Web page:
The Body Needs Iron
The human body needs iron for oxygen transport. That oxygen is required for the production and survival of all cells in our bodies. So human bodies tightly regulate iron absorption and recycling. Iron is such an essential element of human life, in fact, that humans use divalent metal transporters (DMT1, NRAMP2, NEDD4, IRE+) for iron absorption and (IRE–) for excreting iron. Most humans prevent iron overload solely by regulating iron absorption. Inflammation reduces the ability of (IRE–) to eliminate excess iron leading disorders of iron or toxic metals overload. Cytokine stimulation of divalent metal transporters increase the toxicity of iron or toxic metals, which starts overwhelming the body’s ability to bind and store or eliminate metals.
Most of the iron in the body is hoarded and recycled by the liver, spleen and lymphatic systems, which breaks down aged red blood cells. However, people lose a small but steady amount by sweating and by shedding cells of the skin and the mucosal lining of the gastrointestinal tract.
This steady loss means that people must continue to absorb iron. They do so via a tightly regulated process that under normal circumstances protects against iron overload.
Like most mineral nutrients, iron from digested food or supplements is almost entirely absorbed in the duodenum by enterocytes of the duodenal lining. These cells have special molecules that allow them to move iron into the body.
Dietary sources of iron include heme iron (meat) or non-heme iron (iron-rich plants), which are less bio-available. Homeostasis of iron is carried out by up- or down-regulation of transferrin and ferritin on cell surfaces to balance absorption, storage, circulation and elimination of iron. Absorption of non-heme iron is mediated by divalent metal transporter 1 (DMT1), to name one.
To be absorbed, dietary iron must be in its ferrous Fe2+ form. A ferric reductase enzyme on the enterocytes’ brush border, Dcytb, reduces ferric Fe3+ to Fe2+. A protein called divalent metal transporter 1 DMT1, which transports all kinds of divalent metals into the body, then transports the iron across the enterocyte’s cell membrane and into the cell.
These intestinal lining cells can then either store the iron as ferritin (in which case the iron will leave the body when the cell dies and is sloughed off into feces) or the cell can move it into the rest of the body, using a protein called ferroportin. The body regulates iron levels by regulating each of these steps. For instance, cells produce more Dcytb, DMT1 and ferroportin in response to iron deficiency anemia.
Anemia of Chronic Inflammation
Inflammatory cytokines also appear to affect other important elements of iron metabolism, including decreasing the ability of the bone marrow to respond to signals calling for the production of new red blood cells.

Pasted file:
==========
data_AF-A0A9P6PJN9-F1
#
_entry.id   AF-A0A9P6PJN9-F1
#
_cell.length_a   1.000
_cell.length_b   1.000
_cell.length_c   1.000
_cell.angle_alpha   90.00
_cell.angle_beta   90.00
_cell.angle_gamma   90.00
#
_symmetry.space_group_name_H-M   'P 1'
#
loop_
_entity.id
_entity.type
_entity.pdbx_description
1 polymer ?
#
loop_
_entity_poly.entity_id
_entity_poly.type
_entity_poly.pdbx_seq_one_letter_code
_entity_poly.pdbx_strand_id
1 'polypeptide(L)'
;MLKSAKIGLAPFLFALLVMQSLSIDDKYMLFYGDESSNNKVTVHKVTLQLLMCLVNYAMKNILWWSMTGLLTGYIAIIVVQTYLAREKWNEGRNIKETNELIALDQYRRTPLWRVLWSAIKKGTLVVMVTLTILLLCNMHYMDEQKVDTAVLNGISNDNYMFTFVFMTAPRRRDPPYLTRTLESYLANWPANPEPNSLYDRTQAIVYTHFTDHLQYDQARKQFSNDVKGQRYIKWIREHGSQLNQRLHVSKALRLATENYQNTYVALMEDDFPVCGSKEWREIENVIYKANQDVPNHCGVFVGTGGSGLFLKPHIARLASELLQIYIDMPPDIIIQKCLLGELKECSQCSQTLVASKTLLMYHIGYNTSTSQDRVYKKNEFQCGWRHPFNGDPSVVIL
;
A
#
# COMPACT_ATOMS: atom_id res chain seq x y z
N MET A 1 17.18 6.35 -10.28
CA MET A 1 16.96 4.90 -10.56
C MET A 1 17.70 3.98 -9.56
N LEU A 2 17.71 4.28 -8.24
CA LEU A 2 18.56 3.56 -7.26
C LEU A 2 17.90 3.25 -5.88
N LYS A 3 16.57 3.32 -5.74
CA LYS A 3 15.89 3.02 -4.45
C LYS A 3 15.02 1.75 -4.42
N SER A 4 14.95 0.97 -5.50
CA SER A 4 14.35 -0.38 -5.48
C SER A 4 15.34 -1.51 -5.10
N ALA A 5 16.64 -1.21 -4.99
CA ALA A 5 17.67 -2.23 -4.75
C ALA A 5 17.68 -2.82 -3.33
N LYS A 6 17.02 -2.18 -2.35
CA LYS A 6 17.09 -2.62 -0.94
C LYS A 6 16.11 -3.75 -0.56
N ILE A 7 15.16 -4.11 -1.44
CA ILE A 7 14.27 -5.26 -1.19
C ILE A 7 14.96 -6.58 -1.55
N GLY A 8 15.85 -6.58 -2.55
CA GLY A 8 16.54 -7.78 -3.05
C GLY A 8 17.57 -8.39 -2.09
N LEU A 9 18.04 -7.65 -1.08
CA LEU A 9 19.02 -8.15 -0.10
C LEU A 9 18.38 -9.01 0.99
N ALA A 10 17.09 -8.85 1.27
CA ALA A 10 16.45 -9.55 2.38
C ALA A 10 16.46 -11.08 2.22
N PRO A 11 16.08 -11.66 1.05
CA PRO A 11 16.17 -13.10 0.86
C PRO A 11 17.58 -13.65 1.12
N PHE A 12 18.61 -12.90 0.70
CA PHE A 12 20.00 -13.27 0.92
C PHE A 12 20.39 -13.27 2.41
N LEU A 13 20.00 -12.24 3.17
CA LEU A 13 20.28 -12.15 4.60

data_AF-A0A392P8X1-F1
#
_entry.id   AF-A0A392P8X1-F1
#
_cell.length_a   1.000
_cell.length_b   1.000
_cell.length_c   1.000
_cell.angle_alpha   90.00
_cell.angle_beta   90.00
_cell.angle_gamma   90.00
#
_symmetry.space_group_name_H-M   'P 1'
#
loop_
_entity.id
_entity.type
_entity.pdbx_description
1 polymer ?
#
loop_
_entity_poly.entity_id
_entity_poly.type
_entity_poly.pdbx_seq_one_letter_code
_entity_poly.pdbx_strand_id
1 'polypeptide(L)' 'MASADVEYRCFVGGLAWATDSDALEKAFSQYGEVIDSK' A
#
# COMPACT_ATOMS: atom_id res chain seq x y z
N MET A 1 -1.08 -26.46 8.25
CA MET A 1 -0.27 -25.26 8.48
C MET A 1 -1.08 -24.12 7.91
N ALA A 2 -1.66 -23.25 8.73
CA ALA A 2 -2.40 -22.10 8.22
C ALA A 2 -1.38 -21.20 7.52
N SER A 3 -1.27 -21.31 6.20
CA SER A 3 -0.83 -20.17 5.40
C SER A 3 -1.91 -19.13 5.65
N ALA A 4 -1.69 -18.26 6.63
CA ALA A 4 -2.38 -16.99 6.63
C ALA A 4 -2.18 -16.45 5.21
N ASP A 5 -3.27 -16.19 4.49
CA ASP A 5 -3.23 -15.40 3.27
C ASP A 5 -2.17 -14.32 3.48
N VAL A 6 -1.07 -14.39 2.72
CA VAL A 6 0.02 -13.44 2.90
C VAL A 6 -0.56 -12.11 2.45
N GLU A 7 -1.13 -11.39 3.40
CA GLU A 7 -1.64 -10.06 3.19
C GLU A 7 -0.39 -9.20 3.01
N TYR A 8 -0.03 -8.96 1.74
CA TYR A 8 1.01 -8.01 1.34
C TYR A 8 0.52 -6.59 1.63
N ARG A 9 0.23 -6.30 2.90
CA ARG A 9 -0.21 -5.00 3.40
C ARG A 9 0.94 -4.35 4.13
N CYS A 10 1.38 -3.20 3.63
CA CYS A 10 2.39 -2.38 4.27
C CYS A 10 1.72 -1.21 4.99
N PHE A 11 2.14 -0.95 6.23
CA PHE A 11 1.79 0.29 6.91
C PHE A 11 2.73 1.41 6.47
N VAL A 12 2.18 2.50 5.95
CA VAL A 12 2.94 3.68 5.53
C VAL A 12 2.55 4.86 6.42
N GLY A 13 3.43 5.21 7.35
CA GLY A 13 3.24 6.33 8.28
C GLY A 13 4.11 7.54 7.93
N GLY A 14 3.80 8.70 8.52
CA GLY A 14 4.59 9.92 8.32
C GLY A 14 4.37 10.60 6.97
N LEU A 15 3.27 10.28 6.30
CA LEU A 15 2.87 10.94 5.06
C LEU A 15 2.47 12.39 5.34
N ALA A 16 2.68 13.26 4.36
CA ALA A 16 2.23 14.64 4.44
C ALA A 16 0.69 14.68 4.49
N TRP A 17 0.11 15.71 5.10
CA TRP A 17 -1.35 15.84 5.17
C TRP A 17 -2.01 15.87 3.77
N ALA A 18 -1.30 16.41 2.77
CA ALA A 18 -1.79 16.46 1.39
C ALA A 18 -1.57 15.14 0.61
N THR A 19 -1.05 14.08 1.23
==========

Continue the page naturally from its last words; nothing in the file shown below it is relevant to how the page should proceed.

Chronic inflammation (also known as chronic systemic inflammation) is an inflammatory immune response of prolonged duration that eventually leads to tissue damage. Chronic inflammation is differentiated from acute inflammation by extended duration, lasting anywhere from a week to an indefinite time frame. The exact nature of chronic inflammation depends on the causative agent and the body’s attempts to ameliorate it.
Anemia of Chronic Inflammation, increasingly referred to as “Anemia of Inflammation“, is a form of anemia seen in chronic illness, e.g. from chronic infection, chronic immune activation, autoimmunity, inflammation or malignancy. New discoveries suggest that the syndrome is likely primarily the result of the body’s production of hepcidin, a master regulator of human iron metabolism.
In the short term, the overall effect of these changes is likely positive: it allows the body to keep more iron away from bacterial pathogens in the body, while producing more immune cells to fight off infection. Bacteria, like most life forms, depend on iron to live and multiply. However, if inflammation continues, the effect of locking up iron stores is to reduce the ability of the bone marrow to produce red blood cells. These cells require iron for their massive amounts of hemoglobin which allow them to transport oxygen.
Hepcidin & Bacteria
A proper iron metabolism protects against bacterial infection. Iron is essential for the growth and virulence of many pathogenic enterobacteria, whereas beneficial barrier bacteria, such as lactobacilli, do not require iron. Thus, increasing dietary iron-containing foods or supplements could artificially select gut microbiota for humans that are unfavorable. Iron supplementation produces a potentially more pathogenic gut microbiota profile, and is associated with increased gut inflammation.
If bacteria are to survive, then, they must get iron from the environment. Disease-causing bacteria do this in many ways, including releasing iron-binding molecules or by entering the blood stream to scavenge iron from red blood cell. But the harder they have to work to get iron, the greater a metabolic price they must pay. That means that iron-deprived bacteria reproduce more slowly. So our control of iron levels appears to be an important defense against bacterial infection. And people with increased amounts of iron, like people those taking iron containing supplements, are more susceptible to bacterial infection.
However, although this mechanism is an elegant response to short-term bacterial infection, it can cause problems when inflammation goes on for longer. Since the liver produces hepcidin in response to inflammatory cytokines. Hepcidin in turn stops the release of stored iron in the liver. When this occurs, the sequestration of iron appears to be the major cause of the syndrome of Anemia of Chronic Inflammation, in which not enough iron is available to produce an adequate number of hemoglobin-containing red blood cells. This prompts the body to send out signals that iron is needed causing increased activity of DMT1 and other divalent metal transports.
Metals transported into the body by DMT1
NRAMP2 and DMT1 is a nonspecific metal transporter, which can transport not only Fe, but the toxic metals as well. NRAMP2 (natural resistance-associated macrophage protein 2) and DMT1 (divalent metal transporter 1) are divalent metal transporters that exhibits an unusually broad range of divalent metals, including: iron Fe(2+), zinc Zn(2+), manganese Mn(2+), copper Cu(2+), cadmium Cd(2+), cobalt Co(2+), nickel Ni(2+), and lead Pb(2+), and mercury Hg(2+).